What an awesome disaster of a movie. Panned at Cannes, left for dead by Sony, eventually raking in $300K on an $18 million budget and forcing a promise from Richard Kelly that he will be more commercial in the future, I now say that it’s the major American movie of 2007 that I enjoyed the most, far more than limp critic-fodder There Will Be Blood and No Country for Old Men. It certainly isn’t a good movie, though there are plenty of good bits in it, but the movie, at least partly unintentionally, has been constructed in such a way as to make such evaluations meaningless. Southland Tales will never be ridiculed and celebrated the way Showgirls or Valley of the Dolls or Manos: The Hands of Fate or Battlefield: Earth are. It doesn’t provide enough reference points. James Wood, in one of his bon mots, said of Kazuo Ishiguro’s The Unconsoled, “It invents its own category of badness.” Wood was wrong, for The Unconsoled is just a mediocre symbolist text (see Alasdair Gray’s Lanark for a far more brilliant effort in the same vein). But Southland Tales comes as close to that description as any film in recent memory, and where it is in its own category, there is no comparable “good” to be had next to the bad. Its idiosyncratic overambition lies alongside O Lucky Man! and its acknowledged antecedent, Kiss Me Deadly. I don’t know that it is as seminal as the latter film, which for me is one of the greatest American films of its era, but as with Kiss Me Deadly, it won’t be possible to tell until we are further from the present. It’s that sort of a zeitgeist movie; maybe it’ll look as awful as Dennis Hopper’s The Last Movie or Jodorowski’s films, but I hope not. I got a real kick out of it.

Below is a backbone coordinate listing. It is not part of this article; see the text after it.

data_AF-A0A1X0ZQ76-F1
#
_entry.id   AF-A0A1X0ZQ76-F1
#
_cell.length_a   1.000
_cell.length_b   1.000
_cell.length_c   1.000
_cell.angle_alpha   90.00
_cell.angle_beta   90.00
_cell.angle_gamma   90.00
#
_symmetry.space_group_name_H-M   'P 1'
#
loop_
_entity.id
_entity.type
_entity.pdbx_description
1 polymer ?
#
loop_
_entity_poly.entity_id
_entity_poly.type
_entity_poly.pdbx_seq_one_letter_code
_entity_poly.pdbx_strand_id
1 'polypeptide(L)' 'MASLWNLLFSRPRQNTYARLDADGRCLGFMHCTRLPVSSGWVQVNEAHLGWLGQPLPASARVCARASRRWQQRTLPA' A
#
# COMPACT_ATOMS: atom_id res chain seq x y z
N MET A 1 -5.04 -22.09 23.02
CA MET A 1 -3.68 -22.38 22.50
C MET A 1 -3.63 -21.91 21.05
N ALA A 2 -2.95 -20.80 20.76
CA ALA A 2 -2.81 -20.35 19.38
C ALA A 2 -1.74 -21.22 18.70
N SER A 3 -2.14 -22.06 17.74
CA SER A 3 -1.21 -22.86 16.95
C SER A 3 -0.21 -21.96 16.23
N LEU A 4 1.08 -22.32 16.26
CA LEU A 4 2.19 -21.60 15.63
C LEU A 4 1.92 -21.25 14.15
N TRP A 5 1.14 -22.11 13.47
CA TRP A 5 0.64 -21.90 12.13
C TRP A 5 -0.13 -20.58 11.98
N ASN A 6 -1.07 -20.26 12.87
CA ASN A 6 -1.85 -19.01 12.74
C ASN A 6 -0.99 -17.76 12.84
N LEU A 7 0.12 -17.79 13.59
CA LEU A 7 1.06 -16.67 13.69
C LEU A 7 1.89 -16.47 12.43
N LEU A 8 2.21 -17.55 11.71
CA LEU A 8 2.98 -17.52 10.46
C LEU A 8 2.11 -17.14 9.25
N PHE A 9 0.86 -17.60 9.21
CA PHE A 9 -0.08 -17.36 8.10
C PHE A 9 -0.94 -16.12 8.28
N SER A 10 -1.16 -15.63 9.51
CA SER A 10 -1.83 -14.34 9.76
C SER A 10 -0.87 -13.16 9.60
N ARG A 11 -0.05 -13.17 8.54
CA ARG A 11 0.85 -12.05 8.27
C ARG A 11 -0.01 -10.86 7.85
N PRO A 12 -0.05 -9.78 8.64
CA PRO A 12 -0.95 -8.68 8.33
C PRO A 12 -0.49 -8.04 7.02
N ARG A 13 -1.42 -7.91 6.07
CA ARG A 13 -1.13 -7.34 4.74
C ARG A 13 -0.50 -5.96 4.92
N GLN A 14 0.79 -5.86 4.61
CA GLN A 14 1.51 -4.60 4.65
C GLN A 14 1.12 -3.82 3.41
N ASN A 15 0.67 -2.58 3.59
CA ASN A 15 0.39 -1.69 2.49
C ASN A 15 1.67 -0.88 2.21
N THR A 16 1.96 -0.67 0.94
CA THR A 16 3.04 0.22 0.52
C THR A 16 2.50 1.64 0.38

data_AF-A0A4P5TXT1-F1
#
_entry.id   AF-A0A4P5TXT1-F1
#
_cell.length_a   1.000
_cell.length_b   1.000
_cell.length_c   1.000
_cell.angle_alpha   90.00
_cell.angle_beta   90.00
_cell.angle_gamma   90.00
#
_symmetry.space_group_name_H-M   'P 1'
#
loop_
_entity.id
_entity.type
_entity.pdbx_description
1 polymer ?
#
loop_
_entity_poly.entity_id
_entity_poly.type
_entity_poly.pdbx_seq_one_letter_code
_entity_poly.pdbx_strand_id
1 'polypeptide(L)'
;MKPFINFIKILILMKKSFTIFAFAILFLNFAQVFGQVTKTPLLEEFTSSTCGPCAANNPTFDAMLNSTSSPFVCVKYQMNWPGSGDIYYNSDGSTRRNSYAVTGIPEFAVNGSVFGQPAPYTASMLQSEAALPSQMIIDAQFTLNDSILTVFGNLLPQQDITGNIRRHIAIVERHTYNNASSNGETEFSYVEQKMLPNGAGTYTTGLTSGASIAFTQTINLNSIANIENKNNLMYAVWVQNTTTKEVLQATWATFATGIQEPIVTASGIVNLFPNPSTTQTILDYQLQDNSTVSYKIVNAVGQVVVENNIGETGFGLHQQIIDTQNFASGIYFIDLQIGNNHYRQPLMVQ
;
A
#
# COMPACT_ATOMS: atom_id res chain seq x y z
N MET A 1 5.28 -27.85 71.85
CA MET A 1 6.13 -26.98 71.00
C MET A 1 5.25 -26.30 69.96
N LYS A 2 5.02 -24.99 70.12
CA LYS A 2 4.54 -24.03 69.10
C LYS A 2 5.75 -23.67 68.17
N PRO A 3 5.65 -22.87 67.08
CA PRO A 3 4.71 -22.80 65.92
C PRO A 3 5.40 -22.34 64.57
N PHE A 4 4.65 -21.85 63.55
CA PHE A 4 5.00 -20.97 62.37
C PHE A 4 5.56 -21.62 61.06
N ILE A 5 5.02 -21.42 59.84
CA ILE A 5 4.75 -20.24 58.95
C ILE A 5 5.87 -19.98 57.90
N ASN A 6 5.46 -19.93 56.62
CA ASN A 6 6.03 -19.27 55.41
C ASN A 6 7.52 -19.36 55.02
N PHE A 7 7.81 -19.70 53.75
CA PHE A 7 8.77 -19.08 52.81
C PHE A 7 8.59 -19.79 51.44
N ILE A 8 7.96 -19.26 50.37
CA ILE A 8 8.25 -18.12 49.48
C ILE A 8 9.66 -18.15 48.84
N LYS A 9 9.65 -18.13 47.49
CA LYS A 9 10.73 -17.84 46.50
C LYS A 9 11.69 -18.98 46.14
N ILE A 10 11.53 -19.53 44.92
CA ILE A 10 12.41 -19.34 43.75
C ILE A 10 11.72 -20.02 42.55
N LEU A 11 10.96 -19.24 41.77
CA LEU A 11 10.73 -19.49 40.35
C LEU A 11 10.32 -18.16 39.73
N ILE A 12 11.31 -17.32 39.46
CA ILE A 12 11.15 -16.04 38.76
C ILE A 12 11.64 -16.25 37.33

Let’s start with the logo.
Does the oddly-colored shape under the title look familiar? I was pleased with myself for recognizing it. It’s a US electoral map from 2004, skewed by congressional district so that each district’s size is proportional to its population, and color coded red-to-blue to represent Republican-to-Democratic dominance. It’s ugly, oversaturated, politically allusive, and obscure all at the same time, and it’s a good synecdoche for the film.
The film fails in making any coherent political statement, because you can’t make any sort of political statement in the midst of such chaos. The plot, such as it is, has to do with The Rock playing an amnesiac actor married to the daughter of the Bush-a-like Republican presidential candidate (this film takes place in 2008; the Democratic ticket is Clinton-Lieberman). His name is Boxer Santaros, but he’ll come to be known as Jericho Cane, the lead character in a screenplay he has written (or has he???) about the apocalypse. Also collaborating on the screenplay is Sarah Michelle Gellar’s Krysta Now, a porn star/talk show host who may or may not have Marxist revolutionary tendencies. (It may be possible to figure out the actual affiliations of many of the characters, but, like most of the plot elements, it is largely irrelevant.) What glimpses we have of this screenplay reveals that it is pretty much the sort of screenplay The Rock would have written: a macho action hero killing people, spouting banal dialogue, and chugging Bud Light. Here’s page 1: